In A Lonely Place (1950) – Police Station Scene (1/3)

In a Lonely Place is a 1950 American film noir directed by Nicholas Ray[2] and starring Humphrey Bogart and Gloria Grahame, produced for Bogart’s Santana Productions. The script was written by Andrew P. Solt from Edmund North’s adaptation of Dorothy B. Hughes‘ 1947 novel of the same name.[3]

Bogart stars as Dixon Steele, a deranged and troubled screenwriter suspected of murder, and Grahame co-stars as Laurel Gray, a neighbor who falls under his spell. Beyond its surface plot of confused identity and tormented love, the story is a mordant comment on Hollywood mores and the pitfalls of celebrity and near-celebrity, similar to two other American films released that same year, Billy Wilder‘s Sunset Boulevard and Joseph L. Mankiewicz‘s All About Eve.

Although lesser known than his other work, Bogart’s performance is considered by many critics to be among his finest and the film’s reputation has grown over time along with Ray’s.[4]

It is now considered a classic film noir, as evidenced by its inclusion on the Time “All-Time 100 List”[5] as well as Slant Magazine‘s “100 Essential Films.”[6] In 2007, In a Lonely Place was selected for preservation in the United States National Film Registry by the Library of Congress as being “culturally, historically, or aesthetically significant.” https://en.wikipedia.org/wiki/In_a_Lonely_Place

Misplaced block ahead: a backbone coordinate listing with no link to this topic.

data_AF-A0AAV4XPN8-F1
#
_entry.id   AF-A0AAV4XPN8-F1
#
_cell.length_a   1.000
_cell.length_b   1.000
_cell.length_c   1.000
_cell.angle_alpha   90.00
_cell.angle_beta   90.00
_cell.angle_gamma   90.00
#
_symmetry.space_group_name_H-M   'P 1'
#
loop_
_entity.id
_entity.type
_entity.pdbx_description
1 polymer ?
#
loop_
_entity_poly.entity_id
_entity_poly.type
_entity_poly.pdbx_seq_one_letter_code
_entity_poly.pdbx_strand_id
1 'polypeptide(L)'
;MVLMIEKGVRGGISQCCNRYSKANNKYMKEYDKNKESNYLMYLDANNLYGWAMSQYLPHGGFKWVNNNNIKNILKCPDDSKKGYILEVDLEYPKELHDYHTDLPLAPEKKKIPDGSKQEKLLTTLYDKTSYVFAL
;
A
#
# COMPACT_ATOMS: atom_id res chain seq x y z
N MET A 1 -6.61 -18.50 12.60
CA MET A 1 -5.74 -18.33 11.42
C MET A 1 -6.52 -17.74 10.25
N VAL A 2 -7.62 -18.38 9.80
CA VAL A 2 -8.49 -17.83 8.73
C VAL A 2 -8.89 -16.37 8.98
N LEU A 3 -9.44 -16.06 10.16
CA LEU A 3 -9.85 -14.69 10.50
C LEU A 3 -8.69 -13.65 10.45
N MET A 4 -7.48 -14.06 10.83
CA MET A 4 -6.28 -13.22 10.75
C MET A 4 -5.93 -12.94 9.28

Gloria Grahame with Humphrey Bogart, from In A Lonely Place (1950)

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Hollywood screenwriter Dixon Steele (Humphrey Bogart) and his neighbor Laurel (Gloria Grahame) are just getting to know each other romantically when the police begin questioning Dixon about his involvement in the murder of a girl he met once. Certain her new love interest is innocent, Laurel stands by Dixon, but as the police continue pressing him, Dixon begins to act increasingly erratically. The blossoming love affair suffers as Laurel begins to wonder if Dixon really might be a killer.

In a Lonely Place (1950) – Nicholas Ray (whisper)

This among many great scenes in Nicholas Ray’s superb film In a Lonely Place. Endorsed by Bogart’s film production company, the film is a compelling and unsentimental account of two people destined for tragedy. This film, along with Huston’s The Treasure of Sierra Madre demonstrated Bogart’s range as an actor. Also, Gloria Grahame is very good as the woman who decides to put her faith in the troubled writer, Dixon Steele. This is, perhaps, Nicholas Ray’s best film released in 1950. Finally, the striking photography is by veteran cinematographer Burnett Guffey.

William McDonald

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Have you ever wondered how food looks so mouthwatering in advertisements? Steve Giralt is a food photographer. He has worked for brands like Hershey’s, Budweiser, Pepsi, and Starbucks. Steve uses a symphony of people, cameras, and robots to get the perfect shot.